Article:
Safe and Loved – I began to heal when I stopped carrying the burden of sexual abuse in silence

I used to walk down the street looking at people. People looked back at me. I wanted to talk to someone, but my mom told me not to talk to strangers. But I am a person that likes talking. And I needed to tell someone what was happening to me.

Carrying a Burden

My life changed when I was 9. I was hit by a car, and soon after I came home from the hospital, I was molested. For years, my mother’s boyfriend kept touching me.

These experiences made me feel like a target. As a little girl, I loved to talk about Jesus. But being molested made me feel unloved. I felt no support from church or my mom. I was angry, too. I never needed my life to be turned upside down.

Trying to Be Strong 

My sister was my role model. She has a disease that makes her hair fall out. She was so confident despite her disease. She graduated high school. I wanted to do the same.

But as a teenager, I couldn’t seem to follow her path. I wanted marijuana, cigarettes, alcohol to take away my heartache.

One day when I was a teenager, I told my mom her boyfriend was always touching me. She said I was not the only one, and not to feel bad. But when I brought it up a few years later, she began to verbally abuse me.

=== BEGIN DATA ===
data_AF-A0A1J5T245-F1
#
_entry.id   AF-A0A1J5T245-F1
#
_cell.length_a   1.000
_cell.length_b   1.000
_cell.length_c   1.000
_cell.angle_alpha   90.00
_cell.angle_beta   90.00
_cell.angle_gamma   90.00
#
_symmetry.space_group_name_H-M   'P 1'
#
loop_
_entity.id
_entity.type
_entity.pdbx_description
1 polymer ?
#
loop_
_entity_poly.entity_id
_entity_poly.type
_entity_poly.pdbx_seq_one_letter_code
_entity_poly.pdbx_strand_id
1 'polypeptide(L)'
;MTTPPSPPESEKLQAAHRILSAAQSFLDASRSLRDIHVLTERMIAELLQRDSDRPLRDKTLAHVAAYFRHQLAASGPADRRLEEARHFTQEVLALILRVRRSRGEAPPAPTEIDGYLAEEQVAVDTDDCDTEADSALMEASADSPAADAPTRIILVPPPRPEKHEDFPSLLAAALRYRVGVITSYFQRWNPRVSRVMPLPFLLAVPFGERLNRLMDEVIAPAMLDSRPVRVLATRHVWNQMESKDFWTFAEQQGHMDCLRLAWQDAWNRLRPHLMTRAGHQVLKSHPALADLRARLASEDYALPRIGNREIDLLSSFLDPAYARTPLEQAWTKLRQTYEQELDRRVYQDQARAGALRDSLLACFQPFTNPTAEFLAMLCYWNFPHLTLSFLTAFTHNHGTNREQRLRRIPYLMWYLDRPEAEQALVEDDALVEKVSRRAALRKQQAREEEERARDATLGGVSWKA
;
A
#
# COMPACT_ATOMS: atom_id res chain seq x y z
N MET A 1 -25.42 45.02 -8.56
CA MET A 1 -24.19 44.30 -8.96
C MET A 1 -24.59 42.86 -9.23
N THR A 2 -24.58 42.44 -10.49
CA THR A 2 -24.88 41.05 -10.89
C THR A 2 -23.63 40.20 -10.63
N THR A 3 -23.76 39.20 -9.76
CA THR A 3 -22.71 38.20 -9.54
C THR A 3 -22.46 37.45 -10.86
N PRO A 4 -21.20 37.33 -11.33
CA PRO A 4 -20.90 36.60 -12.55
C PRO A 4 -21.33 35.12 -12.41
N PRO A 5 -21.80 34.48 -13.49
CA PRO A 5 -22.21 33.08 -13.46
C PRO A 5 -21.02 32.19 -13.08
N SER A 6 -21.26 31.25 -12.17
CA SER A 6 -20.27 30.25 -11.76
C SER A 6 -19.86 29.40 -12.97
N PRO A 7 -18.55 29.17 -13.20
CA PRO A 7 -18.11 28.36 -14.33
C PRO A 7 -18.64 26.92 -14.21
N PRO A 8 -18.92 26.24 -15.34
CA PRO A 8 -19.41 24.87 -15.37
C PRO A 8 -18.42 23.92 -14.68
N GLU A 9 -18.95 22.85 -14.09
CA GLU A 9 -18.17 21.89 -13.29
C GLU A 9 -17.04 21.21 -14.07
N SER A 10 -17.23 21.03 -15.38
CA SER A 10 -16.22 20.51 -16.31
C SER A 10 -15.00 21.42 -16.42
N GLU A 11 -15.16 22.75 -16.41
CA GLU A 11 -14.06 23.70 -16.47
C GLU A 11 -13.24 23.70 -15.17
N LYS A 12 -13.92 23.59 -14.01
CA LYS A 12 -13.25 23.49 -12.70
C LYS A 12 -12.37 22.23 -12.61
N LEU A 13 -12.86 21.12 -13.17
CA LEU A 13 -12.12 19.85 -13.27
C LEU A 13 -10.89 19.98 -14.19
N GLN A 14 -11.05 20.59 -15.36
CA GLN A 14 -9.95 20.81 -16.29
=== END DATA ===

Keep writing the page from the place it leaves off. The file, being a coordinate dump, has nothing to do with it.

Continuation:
After that, my depression became powerful. I felt homeless within myself.

Someone to Talk To

Finally, I admitted myself to the hospital. When I came out, eight years ago, I went into a substance abuse program. Eventually I also started therapy.

My therapist is beautiful. I told my therapist everything that happened in my past. My past made me feel unsafe. Being in therapy made me feel safe and loved.

Therapy also showed me the difference between real love and sex, and helped me believe I could make friends.

I always felt like a door was closed that I wanted open. The door was opened for others and not me. I felt jealous and angry, like I was becoming a monster. Going to therapy helped to make my mind positive.

Painful Years

In my 20s I became a mother but I couldn’t stop using drugs. At 24 my mom kicked me out. My daughter stayed with her. At 25 I had a son. I tried my hardest, but when he was 2 he was placed in foster care, and eventually he went to live with my mother.

With my therapist’s help, though, I did not give up. My oldest two children are 9 and 4 and they live with my mother. But I have a 9-month-old baby that lives with me.

We live in a shelter. Every shelter has a social worker. My social worker is just like my therapist—calm and always smiles. I also go to parenting and to my writing group. People tell me I am a good mother. All the smiles and good remarks make my life better.

I believe that everyone has a light. My light was blinking on and off when I was a child. I knew it could be fixed and now it is. A person can fall down. Sometimes it takes another person to let you know you can get up again.

Translate »